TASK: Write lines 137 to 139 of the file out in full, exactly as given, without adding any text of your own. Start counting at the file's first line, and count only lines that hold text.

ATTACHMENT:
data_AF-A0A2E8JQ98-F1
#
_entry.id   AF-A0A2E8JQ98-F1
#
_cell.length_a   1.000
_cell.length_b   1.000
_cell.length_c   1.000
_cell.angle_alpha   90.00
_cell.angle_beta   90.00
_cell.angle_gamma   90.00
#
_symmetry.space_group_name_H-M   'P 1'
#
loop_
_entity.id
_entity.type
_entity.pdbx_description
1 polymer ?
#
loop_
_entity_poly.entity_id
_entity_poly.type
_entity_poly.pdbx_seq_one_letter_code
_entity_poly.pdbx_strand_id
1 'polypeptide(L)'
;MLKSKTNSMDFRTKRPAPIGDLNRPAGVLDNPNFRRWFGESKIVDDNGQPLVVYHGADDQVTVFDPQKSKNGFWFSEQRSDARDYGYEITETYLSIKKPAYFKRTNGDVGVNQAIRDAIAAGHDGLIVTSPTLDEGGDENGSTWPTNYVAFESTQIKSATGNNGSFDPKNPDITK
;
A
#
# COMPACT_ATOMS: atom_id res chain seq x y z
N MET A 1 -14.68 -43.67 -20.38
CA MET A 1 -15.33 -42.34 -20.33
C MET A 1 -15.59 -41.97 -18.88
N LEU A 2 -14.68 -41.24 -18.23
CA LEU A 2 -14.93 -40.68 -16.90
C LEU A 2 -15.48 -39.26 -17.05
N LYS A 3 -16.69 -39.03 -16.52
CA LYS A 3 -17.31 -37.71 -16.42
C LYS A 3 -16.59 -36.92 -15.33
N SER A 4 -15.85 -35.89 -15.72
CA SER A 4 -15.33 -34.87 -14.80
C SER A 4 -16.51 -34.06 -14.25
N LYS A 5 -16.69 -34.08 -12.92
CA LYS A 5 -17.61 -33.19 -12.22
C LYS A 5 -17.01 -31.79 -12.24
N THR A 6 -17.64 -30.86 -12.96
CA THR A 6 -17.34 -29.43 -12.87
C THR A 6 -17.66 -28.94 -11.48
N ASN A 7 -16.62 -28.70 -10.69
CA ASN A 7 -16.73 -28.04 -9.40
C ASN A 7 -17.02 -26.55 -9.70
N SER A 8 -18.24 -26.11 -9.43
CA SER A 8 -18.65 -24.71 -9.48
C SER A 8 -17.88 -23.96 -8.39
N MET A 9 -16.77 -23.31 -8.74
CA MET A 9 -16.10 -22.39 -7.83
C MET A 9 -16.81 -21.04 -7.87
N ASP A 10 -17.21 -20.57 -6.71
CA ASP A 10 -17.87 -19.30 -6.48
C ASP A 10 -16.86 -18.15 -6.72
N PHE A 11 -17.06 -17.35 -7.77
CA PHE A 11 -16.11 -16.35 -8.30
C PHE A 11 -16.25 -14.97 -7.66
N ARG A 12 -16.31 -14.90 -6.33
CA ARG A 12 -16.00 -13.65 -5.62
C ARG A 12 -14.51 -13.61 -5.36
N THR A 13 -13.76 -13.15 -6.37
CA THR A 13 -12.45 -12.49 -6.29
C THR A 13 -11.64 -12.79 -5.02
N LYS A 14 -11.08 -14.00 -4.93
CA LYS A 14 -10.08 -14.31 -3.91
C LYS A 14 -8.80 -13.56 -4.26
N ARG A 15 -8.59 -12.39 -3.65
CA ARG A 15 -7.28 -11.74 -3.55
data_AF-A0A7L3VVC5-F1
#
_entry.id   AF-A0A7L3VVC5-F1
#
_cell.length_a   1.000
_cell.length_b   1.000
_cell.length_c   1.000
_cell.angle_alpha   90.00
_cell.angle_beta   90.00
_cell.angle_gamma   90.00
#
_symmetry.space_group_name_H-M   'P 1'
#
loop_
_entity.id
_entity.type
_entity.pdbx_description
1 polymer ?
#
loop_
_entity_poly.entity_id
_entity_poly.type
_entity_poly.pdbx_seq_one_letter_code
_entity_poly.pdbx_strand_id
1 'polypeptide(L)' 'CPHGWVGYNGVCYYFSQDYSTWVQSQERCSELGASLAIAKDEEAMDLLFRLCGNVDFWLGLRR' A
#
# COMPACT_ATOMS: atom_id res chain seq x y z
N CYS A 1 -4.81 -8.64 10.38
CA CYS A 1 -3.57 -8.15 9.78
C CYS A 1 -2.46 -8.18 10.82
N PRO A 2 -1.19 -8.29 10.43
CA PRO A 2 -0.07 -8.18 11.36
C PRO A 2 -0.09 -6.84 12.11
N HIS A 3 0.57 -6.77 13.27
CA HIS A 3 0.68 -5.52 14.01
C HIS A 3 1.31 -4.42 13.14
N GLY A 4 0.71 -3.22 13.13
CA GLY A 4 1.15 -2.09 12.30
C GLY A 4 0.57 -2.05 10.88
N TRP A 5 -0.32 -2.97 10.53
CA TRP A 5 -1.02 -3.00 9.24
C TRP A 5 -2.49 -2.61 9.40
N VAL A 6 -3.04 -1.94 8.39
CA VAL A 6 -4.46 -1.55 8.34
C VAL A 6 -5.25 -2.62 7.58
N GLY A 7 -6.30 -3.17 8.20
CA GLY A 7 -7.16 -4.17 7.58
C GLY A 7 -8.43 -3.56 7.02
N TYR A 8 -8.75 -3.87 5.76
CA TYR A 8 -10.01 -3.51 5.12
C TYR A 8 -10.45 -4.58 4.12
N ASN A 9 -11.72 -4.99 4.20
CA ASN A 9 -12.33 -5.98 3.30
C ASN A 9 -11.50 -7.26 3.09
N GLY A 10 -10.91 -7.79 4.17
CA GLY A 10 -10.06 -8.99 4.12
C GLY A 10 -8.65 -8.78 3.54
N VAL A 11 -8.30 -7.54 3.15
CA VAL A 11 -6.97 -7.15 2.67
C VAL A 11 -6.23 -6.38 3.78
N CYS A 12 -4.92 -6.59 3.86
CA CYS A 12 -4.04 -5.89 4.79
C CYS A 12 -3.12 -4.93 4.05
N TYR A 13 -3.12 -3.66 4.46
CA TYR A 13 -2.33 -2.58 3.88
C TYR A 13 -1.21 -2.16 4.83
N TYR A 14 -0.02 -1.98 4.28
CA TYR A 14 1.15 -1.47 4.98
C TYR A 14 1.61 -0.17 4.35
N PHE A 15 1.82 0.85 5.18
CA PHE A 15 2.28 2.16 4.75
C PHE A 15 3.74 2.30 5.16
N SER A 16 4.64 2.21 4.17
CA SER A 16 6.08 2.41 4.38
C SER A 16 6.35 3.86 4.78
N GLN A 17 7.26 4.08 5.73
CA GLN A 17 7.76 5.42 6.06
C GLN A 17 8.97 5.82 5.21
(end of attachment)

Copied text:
C CYS A 12 -3.12 -4.93 4.05
N TYR A 13 -3.12 -3.66 4.46
CA TYR A 13 -2.33 -2.58 3.88